Which brings us to the paradox of early Christianity: it was a highly literate religion for illiterates. Early Christianity appealed to the poor at a time when it’s estimated that only 8-10% of the population was literate. The book of Acts tells us that the disciples Peter and John were illiterate, while Paul mentions in one of his letters that almost all members of his Corinthian congregation could not read or write. Because of this wide spread illiteracy, early Christian leaders read the letters and sacred writings to their congregations, making this both a bookish and aural religion.
This literate religion had to spread its word. And that required a dependence upon the written word. Scribes copied all the manuscripts—a long, arduous process, as mass production of books did not yet exist. With only a scattering of literacy in some cases, the early Christian scribes laboriously copied the text, painstakingly reproducing the Greek letters. Mistakes were so common that by the 3rd century the great Church father Origen complained about the differences among the many manuscripts.
Why were there so many mistakes? Sometimes the errors were honest ones, sometimes the scribes intentionally made them, sometimes there was confusion between homophones—words that sounded alike but had different meanings—and, inevitably, there were errors when scribes began copying errors made by previous scribes.
To correct these mistakes, we logically would revert back to the original manuscripts, except we don’t have the originals, any originals. Compounding the problem, the earliest copies show more corruption than later ones—in later years scribes became more professional.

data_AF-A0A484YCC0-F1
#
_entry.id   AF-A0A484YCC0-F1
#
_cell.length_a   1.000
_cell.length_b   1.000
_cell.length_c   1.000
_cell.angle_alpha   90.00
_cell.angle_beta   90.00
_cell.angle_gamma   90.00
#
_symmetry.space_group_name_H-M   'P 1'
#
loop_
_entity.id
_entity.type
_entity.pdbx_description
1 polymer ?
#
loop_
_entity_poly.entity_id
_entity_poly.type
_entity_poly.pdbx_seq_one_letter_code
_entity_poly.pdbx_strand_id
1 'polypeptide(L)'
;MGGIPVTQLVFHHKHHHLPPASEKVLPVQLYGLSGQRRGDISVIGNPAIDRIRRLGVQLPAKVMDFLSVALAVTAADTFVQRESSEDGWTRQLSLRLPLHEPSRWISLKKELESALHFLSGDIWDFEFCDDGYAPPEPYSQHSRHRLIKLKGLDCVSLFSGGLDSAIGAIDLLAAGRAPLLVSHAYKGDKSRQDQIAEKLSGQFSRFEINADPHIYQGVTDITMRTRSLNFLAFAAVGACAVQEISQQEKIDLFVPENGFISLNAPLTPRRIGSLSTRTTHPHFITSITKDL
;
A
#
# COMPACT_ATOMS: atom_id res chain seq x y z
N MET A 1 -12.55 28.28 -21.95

Other problems arose with the translations. Greek was the original language of the books of the New Testament. When translators converted the Greek into Latin, the result was a myriad of Latin New Testaments, all different with diverse interpretations. Part of the problem lay in the ancient Greek, which had no spaces between its words. If we came across “Godisnowhere,” does that mean “God is now here” or “God is nowhere?” The correct interpretation makes a big difference. During the fourth century when these translations occurred, there were hundreds of Greek manuscripts, so it was difficult, if not impossible, to determine which were the ones closest to the originals.
Medieval monks painstakingly copied these earlier mistakes. Today we have more than 57,000 Greek manuscripts dating from the early second century stretching across to the sixteenth century. In addition there are 10,000 manuscripts of the Latin Vulgate, the version of the New Testament that Jerome compiled in the later half of the fourth century. As Ehrman states, “There are more variations among our manuscripts that there are words in the New Testament.”
Early Christians didn’t have a New Testament. They had writings that coaxed and instructed them along this new path of religion. Ehrman shows clearly how the New Testament slowly evolved into the book we know today.
Ehrman has managed to humanize the New Testament. His book should be fascinating reading for both agnostics and believers, for Christians and non-Christians. Whatever fresh debate it inspires, it is proof that occasionally mankind creates something admirable — and very human.